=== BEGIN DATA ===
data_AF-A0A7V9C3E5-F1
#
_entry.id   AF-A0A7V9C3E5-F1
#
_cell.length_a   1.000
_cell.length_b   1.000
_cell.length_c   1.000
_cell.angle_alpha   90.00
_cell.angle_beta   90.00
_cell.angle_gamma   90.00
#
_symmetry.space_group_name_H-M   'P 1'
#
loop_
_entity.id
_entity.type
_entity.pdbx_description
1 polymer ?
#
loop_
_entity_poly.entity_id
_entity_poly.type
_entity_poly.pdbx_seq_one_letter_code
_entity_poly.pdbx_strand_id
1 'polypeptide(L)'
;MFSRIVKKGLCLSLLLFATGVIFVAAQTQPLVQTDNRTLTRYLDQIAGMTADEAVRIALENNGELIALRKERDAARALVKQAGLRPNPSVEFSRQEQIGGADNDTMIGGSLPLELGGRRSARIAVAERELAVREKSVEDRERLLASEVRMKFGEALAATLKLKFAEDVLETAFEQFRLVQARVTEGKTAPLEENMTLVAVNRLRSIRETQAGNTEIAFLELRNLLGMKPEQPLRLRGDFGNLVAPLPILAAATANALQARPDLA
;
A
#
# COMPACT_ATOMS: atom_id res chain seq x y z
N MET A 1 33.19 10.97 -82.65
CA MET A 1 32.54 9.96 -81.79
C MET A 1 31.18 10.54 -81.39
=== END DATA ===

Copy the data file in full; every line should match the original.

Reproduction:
data_AF-A0A7V9C3E5-F1
#
_entry.id   AF-A0A7V9C3E5-F1
#
_cell.length_a   1.000
_cell.length_b   1.000
_cell.length_c   1.000
_cell.angle_alpha   90.00
_cell.angle_beta   90.00
_cell.angle_gamma   90.00
#
_symmetry.space_group_name_H-M   'P 1'
#
loop_
_entity.id
_entity.type
_entity.pdbx_description
1 polymer ?
#
loop_
_entity_poly.entity_id
_entity_poly.type
_entity_poly.pdbx_seq_one_letter_code
_entity_poly.pdbx_strand_id
1 'polypeptide(L)'
;MFSRIVKKGLCLSLLLFATGVIFVAAQTQPLVQTDNRTLTRYLDQIAGMTADEAVRIALENNGELIALRKERDAARALVKQAGLRPNPSVEFSRQEQIGGADNDTMIGGSLPLELGGRRSARIAVAERELAVREKSVEDRERLLASEVRMKFGEALAATLKLKFAEDVLETAFEQFRLVQARVTEGKTAPLEENMTLVAVNRLRSIRETQAGNTEIAFLELRNLLGMKPEQPLRLRGDFGNLVAPLPILAAATANALQARPDLA
;
A
#
# COMPACT_ATOMS: atom_id res chain seq x y z
N MET A 1 33.19 10.97 -82.65
CA MET A 1 32.54 9.96 -81.79
C MET A 1 31.18 10.54 -81.39